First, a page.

At the Second Vatican Council the bishops expressed their “earnest desire” that provincial councils should again flourish with renewed strength. This article describes the role provincial councils have played since the fourth century in choosing priests for appointment as bishops—a role that they had here in the United States with Rome’s approval from 1833 until
Francis A. Sullivan S.J.
The author describes and comments on developments that have taken place since Vatican II with regard to teaching authority. Among subjects exercising such authority he treats episcopal conferences and the Congregation for the Doctrine of the Faith. Among objects of definitive teaching he treats truths that are not revealed but necessarily connected with revealed truth.
The author traces the history of Catholic doctrine about the fate of infants who die unbaptized: (1) from Augustine’s teaching that they are condemned to hell where they suffer “the least of its pains“; (2) to the medieval doctrine of Limbo as the state in which those infants, although excluded from the vision of God,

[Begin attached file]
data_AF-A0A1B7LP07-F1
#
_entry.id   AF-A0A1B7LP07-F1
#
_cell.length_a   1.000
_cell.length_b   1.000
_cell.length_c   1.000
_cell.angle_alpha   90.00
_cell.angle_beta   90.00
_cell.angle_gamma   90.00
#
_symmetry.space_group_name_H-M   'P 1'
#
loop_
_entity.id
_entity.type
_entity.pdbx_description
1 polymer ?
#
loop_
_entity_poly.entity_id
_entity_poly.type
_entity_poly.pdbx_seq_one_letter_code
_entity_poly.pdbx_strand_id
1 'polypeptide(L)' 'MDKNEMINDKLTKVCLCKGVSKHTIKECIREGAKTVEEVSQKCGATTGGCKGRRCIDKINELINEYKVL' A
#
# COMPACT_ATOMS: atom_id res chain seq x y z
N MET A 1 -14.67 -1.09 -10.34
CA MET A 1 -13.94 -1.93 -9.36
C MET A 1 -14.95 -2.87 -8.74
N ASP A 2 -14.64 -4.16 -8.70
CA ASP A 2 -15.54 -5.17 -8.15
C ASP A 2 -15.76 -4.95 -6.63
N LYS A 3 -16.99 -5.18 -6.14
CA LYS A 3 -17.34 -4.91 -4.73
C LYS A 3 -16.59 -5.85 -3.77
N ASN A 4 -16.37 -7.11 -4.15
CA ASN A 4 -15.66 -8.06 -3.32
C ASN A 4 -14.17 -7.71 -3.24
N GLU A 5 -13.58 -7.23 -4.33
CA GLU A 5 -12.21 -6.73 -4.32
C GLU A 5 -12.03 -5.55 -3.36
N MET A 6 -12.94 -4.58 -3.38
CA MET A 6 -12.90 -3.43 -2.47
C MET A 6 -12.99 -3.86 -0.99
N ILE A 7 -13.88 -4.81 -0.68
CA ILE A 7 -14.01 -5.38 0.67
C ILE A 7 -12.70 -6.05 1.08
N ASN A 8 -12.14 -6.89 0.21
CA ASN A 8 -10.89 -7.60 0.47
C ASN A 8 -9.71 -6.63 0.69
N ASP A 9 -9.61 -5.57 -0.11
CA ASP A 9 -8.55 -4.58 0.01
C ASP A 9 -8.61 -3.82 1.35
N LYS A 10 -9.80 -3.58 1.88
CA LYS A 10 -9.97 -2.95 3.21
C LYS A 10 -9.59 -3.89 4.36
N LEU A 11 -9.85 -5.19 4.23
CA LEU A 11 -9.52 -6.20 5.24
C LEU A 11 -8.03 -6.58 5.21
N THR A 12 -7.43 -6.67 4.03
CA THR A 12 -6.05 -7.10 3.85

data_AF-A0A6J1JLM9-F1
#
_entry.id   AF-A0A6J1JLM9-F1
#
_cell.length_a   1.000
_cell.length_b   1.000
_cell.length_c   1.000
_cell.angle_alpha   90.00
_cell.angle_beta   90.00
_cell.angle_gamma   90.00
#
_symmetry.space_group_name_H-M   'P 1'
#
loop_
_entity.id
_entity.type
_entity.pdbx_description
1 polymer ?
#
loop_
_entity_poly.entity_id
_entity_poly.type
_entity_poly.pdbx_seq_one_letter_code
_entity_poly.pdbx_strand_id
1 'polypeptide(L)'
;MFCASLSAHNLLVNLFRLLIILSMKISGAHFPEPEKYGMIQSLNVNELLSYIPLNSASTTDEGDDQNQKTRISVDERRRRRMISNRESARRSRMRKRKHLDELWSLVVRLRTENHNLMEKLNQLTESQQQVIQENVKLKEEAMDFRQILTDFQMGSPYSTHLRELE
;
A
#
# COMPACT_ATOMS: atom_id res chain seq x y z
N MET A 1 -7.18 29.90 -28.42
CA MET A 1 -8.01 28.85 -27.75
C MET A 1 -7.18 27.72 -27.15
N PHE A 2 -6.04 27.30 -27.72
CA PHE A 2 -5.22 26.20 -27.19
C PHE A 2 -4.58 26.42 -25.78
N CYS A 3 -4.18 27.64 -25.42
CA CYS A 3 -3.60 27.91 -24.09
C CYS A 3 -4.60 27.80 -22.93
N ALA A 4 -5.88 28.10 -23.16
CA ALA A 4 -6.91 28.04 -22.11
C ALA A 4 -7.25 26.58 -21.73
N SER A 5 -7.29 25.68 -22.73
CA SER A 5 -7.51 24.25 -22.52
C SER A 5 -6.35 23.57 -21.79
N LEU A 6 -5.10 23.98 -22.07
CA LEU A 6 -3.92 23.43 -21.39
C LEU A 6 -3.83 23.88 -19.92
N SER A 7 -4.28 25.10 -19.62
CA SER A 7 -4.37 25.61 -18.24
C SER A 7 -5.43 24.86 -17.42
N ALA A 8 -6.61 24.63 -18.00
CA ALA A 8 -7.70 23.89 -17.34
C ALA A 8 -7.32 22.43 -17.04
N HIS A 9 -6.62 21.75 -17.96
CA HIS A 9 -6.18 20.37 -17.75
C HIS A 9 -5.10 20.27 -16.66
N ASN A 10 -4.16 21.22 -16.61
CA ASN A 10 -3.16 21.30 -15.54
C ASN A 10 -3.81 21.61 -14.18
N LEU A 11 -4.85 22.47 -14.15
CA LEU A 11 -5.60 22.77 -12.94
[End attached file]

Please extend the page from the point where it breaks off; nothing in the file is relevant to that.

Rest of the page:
The author argues that the intention of the theological commission in proposing the change from “is” to “subsists in” was no longer to affirm full identity between the church of Christ and the Catholic Church, for the reason that such full identity contradicted the tradition followed by the popes and Western councils of recognizing the
[In the course of his critique of Richard Gaillardetz’s views on the ordinary universal magisterium, Professor Welch also called into question certain formulations on that topic articulated in various writings of Francis Sullivan. To clarify his own position and to elucidate further his own convictions, Sullivan here expatiates on his original intention and contextualizes several
[Pope John Paul II in Apostolos suos has decreed that doctrinal statements to be issued by episcopal conferences either must have been approved unanimously, or, if approved by a two-thirds majority, must have received the recognitio of the Holy See. The author argues that these requirements are consistent with Cardinal Joseph Ratzinger’s opinion that the